Other UC projects receiving the funding will look into onion seed production, strawberries' ability to restore impaired insulin, steam injection for soil disinfestation, and mealy plum aphid and leaf-curl plum aphid control in prunes./span>
Sarah Palin's dismissal of fruit fly research (criticized in a Salon.com article that was covered in this blog) is reverberating on the Internet. In the news blog "The Scientist," writer Bob Grant included reaction from two UC entomologists and other scientists.
Here's the YouTube video in which the vice presidential candidate derides "fruit fly research in Paris, France":
UC Davis entomologist Frank Zalom was quoted in The Scientist blog:
"[Palin's comment] does kind of bother me. Clearly there's no understanding about the problem of the pest or the methods being studied to control them."
From UC Berkeley entomologist Kent Daane:
"I doubt [Palin] has any idea what the funds were being used for. Almost any politician would not understand the complexity of any project that they just gloss over in a one-line joke like that."
As the 2008 presidential election reaches its crescendo, even ANR experts get into the action. Salon.com today posted a mocking commentary on what it calls "Sarah Palin's latest swat at science" that included comments from UC Cooperative Extension's Paul Vossen.
In a speech in which Palin ridiculed earmark money, she noted sarcastically that one such allocation was made for "... fruit fly research in Paris, France," Salon writer Kevin Berger reported.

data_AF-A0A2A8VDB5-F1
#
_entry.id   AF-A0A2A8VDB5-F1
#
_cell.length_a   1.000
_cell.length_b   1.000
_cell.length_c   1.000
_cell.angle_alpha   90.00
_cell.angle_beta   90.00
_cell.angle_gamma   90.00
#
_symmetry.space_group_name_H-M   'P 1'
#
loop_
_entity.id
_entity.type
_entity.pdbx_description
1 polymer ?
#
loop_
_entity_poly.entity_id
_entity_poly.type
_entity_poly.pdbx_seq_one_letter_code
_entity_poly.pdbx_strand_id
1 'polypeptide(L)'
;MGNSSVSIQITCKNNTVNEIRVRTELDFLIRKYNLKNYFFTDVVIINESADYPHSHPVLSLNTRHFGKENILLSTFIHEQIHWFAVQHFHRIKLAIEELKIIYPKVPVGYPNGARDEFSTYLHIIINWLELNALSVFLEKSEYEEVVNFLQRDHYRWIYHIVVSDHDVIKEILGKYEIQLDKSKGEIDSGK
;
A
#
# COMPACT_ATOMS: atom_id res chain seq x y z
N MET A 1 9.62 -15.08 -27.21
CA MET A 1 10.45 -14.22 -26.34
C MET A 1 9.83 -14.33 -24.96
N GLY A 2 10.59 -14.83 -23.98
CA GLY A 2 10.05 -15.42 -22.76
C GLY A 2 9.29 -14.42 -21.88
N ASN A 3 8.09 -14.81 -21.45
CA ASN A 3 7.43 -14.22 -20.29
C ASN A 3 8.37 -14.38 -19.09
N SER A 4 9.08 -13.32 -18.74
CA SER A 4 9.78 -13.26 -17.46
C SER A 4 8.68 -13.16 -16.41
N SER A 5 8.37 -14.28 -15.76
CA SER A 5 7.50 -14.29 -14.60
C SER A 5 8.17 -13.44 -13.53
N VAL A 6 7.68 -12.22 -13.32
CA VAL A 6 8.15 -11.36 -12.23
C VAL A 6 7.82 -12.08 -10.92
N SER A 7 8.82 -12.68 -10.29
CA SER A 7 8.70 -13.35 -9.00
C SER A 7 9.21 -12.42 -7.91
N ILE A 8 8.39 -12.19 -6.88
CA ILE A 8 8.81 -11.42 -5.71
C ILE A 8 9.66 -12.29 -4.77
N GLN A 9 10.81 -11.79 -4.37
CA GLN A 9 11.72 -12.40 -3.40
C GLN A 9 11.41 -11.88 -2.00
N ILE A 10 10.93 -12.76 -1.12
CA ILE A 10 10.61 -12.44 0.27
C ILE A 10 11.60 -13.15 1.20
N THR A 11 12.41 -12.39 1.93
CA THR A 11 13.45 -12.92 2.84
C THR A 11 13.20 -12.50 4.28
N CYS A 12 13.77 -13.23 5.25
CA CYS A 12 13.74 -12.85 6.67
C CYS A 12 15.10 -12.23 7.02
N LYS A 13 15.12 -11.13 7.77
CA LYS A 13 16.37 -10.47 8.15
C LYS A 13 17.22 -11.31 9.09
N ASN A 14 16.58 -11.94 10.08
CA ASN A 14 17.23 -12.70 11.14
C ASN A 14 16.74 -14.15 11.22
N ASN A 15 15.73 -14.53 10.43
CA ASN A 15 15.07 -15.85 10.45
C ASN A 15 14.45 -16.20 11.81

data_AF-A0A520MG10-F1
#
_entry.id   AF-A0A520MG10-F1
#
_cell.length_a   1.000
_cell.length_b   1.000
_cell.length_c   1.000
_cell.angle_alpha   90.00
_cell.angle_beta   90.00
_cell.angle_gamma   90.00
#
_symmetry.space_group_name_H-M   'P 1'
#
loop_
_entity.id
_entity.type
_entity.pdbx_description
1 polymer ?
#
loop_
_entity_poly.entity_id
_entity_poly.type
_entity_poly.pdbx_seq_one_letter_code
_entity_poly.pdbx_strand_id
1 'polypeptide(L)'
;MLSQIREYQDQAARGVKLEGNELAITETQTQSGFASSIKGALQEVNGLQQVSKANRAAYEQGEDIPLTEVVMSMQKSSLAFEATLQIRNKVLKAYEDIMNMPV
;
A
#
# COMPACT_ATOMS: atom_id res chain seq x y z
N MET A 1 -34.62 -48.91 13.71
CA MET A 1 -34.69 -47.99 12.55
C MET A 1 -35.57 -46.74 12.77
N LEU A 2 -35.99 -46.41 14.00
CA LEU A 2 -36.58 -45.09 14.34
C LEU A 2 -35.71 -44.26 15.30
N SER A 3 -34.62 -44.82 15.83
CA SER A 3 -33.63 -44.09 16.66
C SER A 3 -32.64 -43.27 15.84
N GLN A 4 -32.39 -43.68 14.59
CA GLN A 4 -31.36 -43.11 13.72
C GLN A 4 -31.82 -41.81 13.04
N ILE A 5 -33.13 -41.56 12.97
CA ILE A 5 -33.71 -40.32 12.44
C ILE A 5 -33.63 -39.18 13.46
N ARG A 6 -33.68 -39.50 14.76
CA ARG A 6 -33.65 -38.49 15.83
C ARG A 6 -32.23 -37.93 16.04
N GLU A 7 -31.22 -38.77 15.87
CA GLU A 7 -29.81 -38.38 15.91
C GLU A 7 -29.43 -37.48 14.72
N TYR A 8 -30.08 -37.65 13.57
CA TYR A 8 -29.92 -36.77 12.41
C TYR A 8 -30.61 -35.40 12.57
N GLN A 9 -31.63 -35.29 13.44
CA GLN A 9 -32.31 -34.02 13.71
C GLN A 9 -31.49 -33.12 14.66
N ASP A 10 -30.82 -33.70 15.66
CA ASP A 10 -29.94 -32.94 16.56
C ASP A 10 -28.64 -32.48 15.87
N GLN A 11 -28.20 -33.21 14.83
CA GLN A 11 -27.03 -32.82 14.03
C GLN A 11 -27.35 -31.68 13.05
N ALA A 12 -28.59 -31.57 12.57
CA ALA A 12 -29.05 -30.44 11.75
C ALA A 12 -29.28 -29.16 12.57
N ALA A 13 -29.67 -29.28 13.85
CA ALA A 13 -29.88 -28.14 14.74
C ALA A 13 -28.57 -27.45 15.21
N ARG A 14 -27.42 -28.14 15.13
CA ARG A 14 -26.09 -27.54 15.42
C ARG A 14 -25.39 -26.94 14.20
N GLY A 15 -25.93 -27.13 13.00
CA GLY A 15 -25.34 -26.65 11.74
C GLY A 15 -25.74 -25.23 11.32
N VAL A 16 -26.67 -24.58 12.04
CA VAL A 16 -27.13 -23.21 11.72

But, of course, there is more to the story. Berger surmised that Palin was referring to money secured by Mike Thompson (D-Napa) for olive fruit fly research.
The olive fruit fly has infested thousands of California olive groves since it was introduced to the state in the 1990s. The USDA will use a portion of the $750,000 award at a USDA research facility in France because Mediterranean countries have dealt with the olive fruit fly for decades, the Salon article says.
For the story, Berger spoke to Vossen, a Marin and Sonoma county farm advisor who is ANR's resident olive oil expert. He said eradicating or controlling olive fruit fly is important to California's significant olive oil industry.
"If each gallon of olive oil sells for $22.50 in the bulk market," Vossen is quoted, "that would be a value of almost $17 million and quite similar to winter pears, kiwi and figs."
In terms of retail sales, Vossen said, the value of the California olive oil industry would be nearly $85 million.
The article was linked to and quoted the UC IPM Pest Note on olive fruit fly, noting that "the olive fruit fly occurs in at least 41 counties in California," and adding that, in other areas of the world where the olive fruit fly has flourished, the pest has wiped out 100 percent of some olive varieties.
"You might imagine that a conservative vice president candidate would be on board with a burgeoning American industry showing signs of beating Europe at its own game," Berger wrote disdainfully in the commentary. "But then you would not be thinking of Palin."